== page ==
David Ostler is the author of “Bridges: Ministering to Those Who Question.” This book is designed for LDS Leaders to better understand a faith crisis, and how to help members in their wards and stakes to better empathize and maintain members who struggle with issues of faith. David has interviewed several hundred people to better understand their perspective and shares that knowledge with all of us.
David: When I started studying faith crisis, disaffiliation, my own background is in evidence-based medicine. So, you know, it’s like, what does the data say? It’s the first question we ask. So I spent time trying to understand what we knew about the problem, what people had written, what studies had been done, what data had been collected. Like most problems, we all have impressions about a particular area, but when we go in and study it systematically, sometimes we find those impressions are not entirely accurate. For my own life, that’s been the case often. But certainly with this topic, I found it to be the case. So I wanted to, as I learned about this for myself, and then ultimately, as I wrote the book, to make sure that I had the best information that can be brought on it, and where it wasn’t available to see what I could do to create more information there. So with regards to Leading Saints, and Kurt Francom, we were able to, using the leaders that subscribe to his newsletter, to be able to survey them and understand what local leaders thought about faith crisis, issues of faith, how they were responding and the like. So that’s been kind of a fun thing for me to get to know Kurt and that community a little better.
Check out our conversation…
And don’t miss our previous conversations with Kurt Francom!
This is our final conversation with Brian Stutzman, and we’ll talk about Warsaw, Illinois today. Brian thinks this should be a must-stop for church history buffs. We’ll also discuss how Brian came to love the city, and how he came there and how he would like to restore the city to its historic roots.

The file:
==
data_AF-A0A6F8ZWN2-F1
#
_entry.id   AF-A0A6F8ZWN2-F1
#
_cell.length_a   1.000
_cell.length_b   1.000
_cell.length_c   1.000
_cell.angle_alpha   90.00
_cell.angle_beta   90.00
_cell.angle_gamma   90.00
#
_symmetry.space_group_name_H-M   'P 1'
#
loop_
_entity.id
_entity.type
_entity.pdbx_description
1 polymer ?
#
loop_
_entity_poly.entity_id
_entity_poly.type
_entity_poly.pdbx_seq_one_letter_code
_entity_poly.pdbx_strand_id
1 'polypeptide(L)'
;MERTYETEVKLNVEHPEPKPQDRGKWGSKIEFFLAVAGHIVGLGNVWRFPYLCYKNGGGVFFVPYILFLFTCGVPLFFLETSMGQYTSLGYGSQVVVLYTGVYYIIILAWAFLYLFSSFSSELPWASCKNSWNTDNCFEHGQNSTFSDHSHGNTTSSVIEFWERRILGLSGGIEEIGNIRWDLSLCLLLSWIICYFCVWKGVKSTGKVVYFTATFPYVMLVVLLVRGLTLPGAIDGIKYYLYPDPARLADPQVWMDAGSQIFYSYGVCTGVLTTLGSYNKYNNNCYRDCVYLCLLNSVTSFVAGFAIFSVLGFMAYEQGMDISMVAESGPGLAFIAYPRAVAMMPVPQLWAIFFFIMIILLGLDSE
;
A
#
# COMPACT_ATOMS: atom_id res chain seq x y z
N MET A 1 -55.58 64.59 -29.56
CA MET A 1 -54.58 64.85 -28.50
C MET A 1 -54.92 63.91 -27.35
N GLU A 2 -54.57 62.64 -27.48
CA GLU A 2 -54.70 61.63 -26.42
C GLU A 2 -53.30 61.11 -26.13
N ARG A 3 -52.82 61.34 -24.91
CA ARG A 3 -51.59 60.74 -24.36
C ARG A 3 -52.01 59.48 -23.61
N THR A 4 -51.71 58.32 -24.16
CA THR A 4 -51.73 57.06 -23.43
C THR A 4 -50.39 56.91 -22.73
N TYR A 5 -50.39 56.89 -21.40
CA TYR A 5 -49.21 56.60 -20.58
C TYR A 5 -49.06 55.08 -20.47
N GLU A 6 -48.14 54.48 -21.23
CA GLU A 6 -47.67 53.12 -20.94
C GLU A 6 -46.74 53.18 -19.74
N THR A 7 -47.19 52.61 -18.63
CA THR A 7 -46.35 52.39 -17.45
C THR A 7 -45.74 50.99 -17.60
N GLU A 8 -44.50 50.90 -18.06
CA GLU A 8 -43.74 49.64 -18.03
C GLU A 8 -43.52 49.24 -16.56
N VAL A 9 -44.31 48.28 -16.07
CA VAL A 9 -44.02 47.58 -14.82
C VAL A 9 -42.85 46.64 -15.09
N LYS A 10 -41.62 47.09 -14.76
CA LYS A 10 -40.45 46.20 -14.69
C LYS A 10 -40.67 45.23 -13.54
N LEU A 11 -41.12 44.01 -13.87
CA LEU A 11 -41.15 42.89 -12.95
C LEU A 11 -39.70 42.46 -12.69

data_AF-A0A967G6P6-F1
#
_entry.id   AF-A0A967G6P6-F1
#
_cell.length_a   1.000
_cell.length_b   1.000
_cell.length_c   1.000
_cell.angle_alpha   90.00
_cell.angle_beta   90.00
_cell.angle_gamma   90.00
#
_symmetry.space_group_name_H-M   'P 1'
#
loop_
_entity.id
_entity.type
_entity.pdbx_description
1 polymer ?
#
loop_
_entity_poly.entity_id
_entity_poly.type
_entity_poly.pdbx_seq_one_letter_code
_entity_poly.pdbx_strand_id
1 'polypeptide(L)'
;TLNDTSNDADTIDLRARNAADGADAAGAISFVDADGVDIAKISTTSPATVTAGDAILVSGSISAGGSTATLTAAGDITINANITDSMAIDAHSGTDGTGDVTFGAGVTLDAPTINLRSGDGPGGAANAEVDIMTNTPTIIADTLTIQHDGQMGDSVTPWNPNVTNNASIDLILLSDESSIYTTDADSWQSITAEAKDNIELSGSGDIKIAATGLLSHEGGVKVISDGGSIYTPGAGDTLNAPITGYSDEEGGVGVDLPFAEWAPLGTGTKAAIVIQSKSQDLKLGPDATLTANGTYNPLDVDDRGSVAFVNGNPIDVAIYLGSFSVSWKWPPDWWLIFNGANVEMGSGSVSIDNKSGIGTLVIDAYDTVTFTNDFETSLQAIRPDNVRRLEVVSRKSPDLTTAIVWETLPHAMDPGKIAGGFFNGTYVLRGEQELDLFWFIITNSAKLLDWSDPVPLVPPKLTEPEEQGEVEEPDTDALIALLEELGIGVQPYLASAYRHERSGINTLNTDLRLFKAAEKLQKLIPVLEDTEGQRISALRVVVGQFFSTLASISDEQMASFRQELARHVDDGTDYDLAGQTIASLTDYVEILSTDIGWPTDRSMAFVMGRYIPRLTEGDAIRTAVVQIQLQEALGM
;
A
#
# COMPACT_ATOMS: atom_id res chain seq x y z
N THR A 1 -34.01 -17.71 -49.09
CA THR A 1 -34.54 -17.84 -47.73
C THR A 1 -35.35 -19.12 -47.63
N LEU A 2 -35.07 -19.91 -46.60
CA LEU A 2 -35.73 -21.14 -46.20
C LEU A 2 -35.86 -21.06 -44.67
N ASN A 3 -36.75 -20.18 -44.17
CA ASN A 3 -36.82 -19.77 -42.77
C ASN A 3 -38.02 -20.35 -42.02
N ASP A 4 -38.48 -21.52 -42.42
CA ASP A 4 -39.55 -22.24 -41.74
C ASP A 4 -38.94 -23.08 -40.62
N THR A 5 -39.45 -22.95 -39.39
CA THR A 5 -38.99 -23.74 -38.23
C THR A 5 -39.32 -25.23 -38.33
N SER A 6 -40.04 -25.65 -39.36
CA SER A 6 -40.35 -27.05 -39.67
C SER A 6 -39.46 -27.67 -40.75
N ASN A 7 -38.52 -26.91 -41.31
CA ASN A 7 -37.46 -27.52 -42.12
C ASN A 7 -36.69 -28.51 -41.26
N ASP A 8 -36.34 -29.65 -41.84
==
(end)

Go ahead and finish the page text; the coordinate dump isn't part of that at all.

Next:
Brian: I drove into town and saw this building. It says Thomas Sharp, Warsaw Signal. Little did I know that the Lutherans help fund that building. How ironic. In 1987, there was a Mormon historian from Nauvoo named Michael Trap. He came down and he gathered some people together and says, “You know what, you got some history here. Maybe it’s the dark side of Mormon history. But let’s take this old grocery store.” I think it was built in 1880, “and we’ll raise some money and we’ll make it look like it would have an 1840. We’ll get an old press in here.”
So I really enjoy getting to know the good people. They had me speak at their historical society last year when my book was in the first edition. There’s a ton–1550 people, we had over 100 people together at the high school and I gave a little presentation on the overview of my book. This sweet old lady comes up and says, “Will you move here to Warsaw?” Because I told them at the end of my presentation I said, “You need to promote your town. You’ve got a story to tell. There’s a tragic triangle here. Thousands, millions of people know about Nauvoo. Thousands, millions of people know about Carthage. Nobody’s heard of Warsaw. When people go, they’re only seeing two thirds of what they should see. You need to come down. You need to invite LDS tourists to come here. You need to have a sign that says this is where Willard Richards and Brigham Young we’re going to build a Mormon community at our request that people of Warsaw’s request, even though the local histories, including 1880 Thomas Greg said that they almost fell into the hands of the Mormons.”